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Apache Cassandra: The NoSQL Scalable Database

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This article introduces readers to the Apache Cassandra NoSQL database, and provides them with use cases for which it is suitable.

Apache Cassandra is a free and open source distributed, massively scalable database management system designed to handle large amounts of data across many commodity servers, while providing highly available service and no single point of failure. Apache Cassandra offers capabilities like continuous availability, linear scale performance, operational simplicity and easy data distribution across multiple data centres and cloud availability zones.

History
Apache Cassandra was originally developed by Avinash Lakshman (one of the authors of Amazon’s Dynamo) and Prashant Malik at Facebook for inbox search. Cassandra was published as an open source project in Google Code in July 2008. It was accepted into Apache Incubator in March 2009. Since February 2010, Cassandra has been an ‘Apache top-level project’.

Figure 1: Apache Cassandra

Figure 2: Cassandra supports multiple data centre and cloud deployments

Features of Apache Cassandra
The following are the key features of Apache Cassandra.
Decentralised: There are no single points of failure and no network bottlenecks. Every node in the cluster is identical.

Supports replication and multiple data centre replication: Cassandra supports replication across multiple data centres (in multiple geographies) and multi-cloud availability zones for writes/reads.
High scalability: Read and write throughput increase linearly as new machines are added, with no downtime or interruption to applications.

Fault-tolerant: Data is automatically replicated to multiple nodes for fault-tolerance. Replication across multiple data centres is supported. Failed nodes can be replaced with no downtime.

Tunable data consistency: Cassandra supports configured consistency levels to manage availability versus data accuracy. We can configure consistency on a Cassandra cluster, data centre, or as per individual read or write operations.

Tunable consistency is one of the strongest features of Cassandra. There are two types of consistency—strong and eventual. To ensure that data is written and read correctly, Cassandra extends the concept of eventual consistency by offering tunable consistency. Tunable data consistency allows individual read or write operations to be as strongly consistent as required by the client application. The consistency level of each read or write operation can be set, so that the data returned is more or less consistent, based on need.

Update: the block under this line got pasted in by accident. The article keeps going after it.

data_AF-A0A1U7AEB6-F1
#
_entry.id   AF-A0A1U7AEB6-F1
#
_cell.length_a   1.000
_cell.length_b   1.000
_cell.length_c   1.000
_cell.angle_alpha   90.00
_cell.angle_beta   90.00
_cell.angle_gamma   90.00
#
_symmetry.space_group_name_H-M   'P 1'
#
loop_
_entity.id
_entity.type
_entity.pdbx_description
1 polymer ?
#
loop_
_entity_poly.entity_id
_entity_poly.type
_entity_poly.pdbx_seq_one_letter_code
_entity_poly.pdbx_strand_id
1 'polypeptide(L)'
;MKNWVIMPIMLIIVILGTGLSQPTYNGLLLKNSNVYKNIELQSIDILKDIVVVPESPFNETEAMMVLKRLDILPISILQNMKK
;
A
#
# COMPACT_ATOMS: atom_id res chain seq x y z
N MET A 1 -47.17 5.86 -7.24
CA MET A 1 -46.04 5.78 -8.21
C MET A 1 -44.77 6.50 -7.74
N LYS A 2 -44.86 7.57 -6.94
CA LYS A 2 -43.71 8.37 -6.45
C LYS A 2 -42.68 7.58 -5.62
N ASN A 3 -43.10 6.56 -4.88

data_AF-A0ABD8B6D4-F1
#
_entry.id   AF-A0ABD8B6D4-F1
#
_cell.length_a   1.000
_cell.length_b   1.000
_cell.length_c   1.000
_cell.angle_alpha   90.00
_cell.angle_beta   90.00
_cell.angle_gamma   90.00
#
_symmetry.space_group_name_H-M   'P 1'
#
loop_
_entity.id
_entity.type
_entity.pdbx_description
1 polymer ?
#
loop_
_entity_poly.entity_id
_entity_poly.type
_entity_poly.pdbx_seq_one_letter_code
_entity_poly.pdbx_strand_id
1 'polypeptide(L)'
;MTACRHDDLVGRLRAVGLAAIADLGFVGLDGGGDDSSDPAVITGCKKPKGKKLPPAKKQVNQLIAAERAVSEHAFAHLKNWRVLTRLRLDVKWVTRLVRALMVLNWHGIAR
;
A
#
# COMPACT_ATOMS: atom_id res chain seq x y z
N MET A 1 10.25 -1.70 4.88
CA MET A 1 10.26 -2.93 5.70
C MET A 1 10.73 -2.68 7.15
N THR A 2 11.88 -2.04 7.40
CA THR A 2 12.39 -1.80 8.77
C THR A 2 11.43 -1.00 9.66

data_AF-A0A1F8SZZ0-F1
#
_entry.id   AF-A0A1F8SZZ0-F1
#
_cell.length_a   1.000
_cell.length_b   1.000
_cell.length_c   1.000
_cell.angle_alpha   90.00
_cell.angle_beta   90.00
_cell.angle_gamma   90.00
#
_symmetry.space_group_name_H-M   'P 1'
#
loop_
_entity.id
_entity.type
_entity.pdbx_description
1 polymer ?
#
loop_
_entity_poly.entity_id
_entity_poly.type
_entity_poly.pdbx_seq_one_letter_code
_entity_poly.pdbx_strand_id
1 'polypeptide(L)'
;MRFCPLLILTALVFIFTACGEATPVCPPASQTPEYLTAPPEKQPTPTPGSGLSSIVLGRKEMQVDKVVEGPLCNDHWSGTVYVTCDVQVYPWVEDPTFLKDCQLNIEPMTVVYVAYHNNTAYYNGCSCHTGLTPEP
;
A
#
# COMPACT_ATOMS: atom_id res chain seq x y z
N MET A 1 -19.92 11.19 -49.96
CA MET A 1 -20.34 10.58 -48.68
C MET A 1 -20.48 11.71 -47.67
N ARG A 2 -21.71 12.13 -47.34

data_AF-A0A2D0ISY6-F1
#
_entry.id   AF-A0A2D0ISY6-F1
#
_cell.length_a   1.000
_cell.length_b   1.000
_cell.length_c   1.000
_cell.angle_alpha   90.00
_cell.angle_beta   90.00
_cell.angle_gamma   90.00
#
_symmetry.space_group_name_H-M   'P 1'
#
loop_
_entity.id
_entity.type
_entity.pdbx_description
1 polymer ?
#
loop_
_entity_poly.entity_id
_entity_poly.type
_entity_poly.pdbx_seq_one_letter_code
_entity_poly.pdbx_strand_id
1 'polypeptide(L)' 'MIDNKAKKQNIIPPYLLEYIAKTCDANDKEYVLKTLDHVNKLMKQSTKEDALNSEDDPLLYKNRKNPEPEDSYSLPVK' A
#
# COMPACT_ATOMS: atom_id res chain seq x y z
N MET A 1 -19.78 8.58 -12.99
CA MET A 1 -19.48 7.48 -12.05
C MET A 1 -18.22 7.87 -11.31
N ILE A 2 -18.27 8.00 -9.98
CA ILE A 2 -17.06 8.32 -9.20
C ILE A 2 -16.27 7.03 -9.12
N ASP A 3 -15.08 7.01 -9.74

Data compression: Data can be compressed up to 80 per cent without any performance overhead.
Cassandra query language: Cassandra provides a query language that is very similar to the SQL language. It helps developers moving from a relational database to Cassandra.

Figure 3: Cassandra’s masterless ‘ring’ architecture

Architecture of Apache Cassandra
Apache Cassandra’s architecture offers the ability to scale, perform and provide continuous uptime. Rather than using a legacy master-slave or a manual and difficult-to-maintain sharded architecture, Apache Cassandra has a masterless ‘ring’ design that is elegant, easy to set up, and easy to maintain. It has a peer-to-peer distributed system across its nodes, and data is distributed among all the nodes in a cluster.
All nodes play an identical role—there is no concept of a master node, with all nodes communicating with each other equally.
In an Apache Cassandra cluster, each node is capable of handling large amounts of data and thousands of concurrent users or operations per second — even across multiple data centres. This is done with as much ease as when managing much smaller amounts of data and user traffic.
Apache Cassandra’s architecture also ensures that, unlike other master-slave or sharded systems, it has no single point of failure and therefore is capable of offering true continuous availability and uptime — users need to simply add new nodes to an existing cluster without having to take it down.

Key structures
The various structures of Apache Cassandra, along with a brief description of each, follows.

Node: This is where you store your data. It is the basic infrastructure component of Cassandra.